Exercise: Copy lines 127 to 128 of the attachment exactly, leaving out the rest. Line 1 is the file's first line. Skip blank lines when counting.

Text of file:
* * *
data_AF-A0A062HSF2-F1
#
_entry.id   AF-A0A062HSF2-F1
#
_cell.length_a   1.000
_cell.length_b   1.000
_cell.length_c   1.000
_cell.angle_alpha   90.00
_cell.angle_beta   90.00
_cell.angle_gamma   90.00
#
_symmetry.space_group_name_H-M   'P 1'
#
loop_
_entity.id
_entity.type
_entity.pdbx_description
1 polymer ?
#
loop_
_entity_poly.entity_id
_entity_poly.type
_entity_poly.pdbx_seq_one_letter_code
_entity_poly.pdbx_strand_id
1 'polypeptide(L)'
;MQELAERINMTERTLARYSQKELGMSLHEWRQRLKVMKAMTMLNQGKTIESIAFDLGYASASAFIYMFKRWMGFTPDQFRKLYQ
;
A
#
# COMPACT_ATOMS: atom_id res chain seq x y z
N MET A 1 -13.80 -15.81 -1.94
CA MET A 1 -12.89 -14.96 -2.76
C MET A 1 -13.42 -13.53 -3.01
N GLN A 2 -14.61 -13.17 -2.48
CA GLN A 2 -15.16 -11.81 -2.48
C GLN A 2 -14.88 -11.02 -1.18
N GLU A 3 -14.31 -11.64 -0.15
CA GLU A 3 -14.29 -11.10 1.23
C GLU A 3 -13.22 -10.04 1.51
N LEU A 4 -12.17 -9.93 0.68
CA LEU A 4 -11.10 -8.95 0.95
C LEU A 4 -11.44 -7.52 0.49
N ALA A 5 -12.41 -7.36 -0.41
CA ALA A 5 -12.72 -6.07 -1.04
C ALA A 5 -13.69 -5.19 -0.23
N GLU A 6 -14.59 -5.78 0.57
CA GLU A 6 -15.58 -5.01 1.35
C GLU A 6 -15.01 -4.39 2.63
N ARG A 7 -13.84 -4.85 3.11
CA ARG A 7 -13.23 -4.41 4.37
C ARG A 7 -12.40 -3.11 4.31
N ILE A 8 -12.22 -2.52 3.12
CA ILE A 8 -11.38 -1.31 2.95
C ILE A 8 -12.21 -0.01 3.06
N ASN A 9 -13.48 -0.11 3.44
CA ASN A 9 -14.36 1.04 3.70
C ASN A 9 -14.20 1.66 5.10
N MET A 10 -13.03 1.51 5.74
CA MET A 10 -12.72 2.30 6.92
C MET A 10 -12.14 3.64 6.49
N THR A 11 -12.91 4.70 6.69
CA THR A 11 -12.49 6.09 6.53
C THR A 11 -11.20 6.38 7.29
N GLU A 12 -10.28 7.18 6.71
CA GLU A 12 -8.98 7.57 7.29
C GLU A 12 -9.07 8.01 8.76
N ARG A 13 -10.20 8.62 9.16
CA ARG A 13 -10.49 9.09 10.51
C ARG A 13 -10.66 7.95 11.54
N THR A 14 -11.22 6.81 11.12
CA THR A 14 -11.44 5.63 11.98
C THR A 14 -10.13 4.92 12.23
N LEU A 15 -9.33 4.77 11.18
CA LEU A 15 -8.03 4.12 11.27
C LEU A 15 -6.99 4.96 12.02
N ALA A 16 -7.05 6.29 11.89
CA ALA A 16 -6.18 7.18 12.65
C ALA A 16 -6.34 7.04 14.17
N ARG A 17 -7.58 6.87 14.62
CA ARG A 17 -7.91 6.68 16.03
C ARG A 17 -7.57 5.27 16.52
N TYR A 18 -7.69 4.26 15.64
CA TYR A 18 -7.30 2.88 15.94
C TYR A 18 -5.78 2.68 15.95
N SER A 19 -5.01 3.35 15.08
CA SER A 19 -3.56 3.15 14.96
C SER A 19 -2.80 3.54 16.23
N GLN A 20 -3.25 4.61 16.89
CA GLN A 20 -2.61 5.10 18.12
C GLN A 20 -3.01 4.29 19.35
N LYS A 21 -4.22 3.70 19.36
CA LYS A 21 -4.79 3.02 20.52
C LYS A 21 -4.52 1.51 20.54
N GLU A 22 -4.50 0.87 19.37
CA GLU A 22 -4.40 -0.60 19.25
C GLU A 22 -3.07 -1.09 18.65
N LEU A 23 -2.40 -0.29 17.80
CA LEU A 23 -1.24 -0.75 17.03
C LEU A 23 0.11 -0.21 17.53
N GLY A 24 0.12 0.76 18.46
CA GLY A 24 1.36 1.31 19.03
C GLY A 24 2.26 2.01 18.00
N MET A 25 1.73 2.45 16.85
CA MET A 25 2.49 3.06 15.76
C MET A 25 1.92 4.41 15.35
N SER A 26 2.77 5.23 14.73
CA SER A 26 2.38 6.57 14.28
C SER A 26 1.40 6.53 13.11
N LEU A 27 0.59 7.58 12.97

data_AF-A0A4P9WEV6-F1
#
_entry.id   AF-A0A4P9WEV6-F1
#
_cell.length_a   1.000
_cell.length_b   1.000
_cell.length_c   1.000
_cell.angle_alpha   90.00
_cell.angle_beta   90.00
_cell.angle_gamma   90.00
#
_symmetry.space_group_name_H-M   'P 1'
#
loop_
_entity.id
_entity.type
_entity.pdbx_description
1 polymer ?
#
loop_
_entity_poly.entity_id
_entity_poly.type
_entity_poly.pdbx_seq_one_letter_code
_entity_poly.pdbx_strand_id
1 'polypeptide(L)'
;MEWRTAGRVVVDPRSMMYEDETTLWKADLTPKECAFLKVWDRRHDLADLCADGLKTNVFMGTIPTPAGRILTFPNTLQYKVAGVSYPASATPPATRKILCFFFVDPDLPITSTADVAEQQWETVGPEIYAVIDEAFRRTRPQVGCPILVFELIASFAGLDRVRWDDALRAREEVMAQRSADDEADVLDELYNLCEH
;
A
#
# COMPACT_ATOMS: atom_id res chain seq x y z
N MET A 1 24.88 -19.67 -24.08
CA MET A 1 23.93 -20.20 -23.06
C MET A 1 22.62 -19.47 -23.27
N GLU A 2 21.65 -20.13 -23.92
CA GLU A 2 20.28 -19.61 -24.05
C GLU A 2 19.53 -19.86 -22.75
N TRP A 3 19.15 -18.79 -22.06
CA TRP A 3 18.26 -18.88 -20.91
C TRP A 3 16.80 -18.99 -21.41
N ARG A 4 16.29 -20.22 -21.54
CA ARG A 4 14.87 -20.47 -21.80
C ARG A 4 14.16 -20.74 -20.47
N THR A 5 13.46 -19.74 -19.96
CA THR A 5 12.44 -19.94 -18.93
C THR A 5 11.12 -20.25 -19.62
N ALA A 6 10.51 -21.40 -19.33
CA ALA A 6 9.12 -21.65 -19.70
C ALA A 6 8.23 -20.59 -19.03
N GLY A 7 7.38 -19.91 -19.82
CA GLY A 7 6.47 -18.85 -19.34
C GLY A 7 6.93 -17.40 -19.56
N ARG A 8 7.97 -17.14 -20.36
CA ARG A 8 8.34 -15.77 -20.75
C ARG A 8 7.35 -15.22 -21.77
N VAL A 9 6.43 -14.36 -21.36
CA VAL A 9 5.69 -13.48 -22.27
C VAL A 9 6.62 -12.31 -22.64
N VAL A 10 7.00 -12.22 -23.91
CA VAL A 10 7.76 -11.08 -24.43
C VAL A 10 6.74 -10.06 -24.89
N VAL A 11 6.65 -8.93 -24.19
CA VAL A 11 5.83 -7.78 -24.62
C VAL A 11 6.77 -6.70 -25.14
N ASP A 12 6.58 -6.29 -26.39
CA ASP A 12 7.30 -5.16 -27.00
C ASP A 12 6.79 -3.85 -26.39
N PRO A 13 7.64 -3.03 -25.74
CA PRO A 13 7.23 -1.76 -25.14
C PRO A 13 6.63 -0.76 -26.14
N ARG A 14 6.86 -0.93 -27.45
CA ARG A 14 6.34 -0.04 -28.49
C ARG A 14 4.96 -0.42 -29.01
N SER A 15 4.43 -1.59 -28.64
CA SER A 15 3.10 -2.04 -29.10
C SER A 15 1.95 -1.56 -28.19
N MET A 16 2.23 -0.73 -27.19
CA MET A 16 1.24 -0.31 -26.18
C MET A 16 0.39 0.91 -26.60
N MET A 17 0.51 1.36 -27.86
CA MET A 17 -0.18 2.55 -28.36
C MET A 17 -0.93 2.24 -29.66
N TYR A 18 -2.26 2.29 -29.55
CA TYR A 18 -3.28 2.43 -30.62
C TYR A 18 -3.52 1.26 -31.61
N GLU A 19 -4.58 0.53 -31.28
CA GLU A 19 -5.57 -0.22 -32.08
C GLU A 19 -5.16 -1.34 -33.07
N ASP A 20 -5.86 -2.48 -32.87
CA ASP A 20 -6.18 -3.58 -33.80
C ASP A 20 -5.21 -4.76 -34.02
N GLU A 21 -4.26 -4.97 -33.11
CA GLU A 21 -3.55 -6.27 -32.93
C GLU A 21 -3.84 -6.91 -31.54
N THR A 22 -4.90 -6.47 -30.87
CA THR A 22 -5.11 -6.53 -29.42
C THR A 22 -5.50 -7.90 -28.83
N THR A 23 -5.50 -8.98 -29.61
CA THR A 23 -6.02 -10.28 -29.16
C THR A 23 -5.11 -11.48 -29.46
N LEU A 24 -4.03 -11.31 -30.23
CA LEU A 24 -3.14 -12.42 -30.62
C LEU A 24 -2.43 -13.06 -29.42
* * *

1 polymer ?
#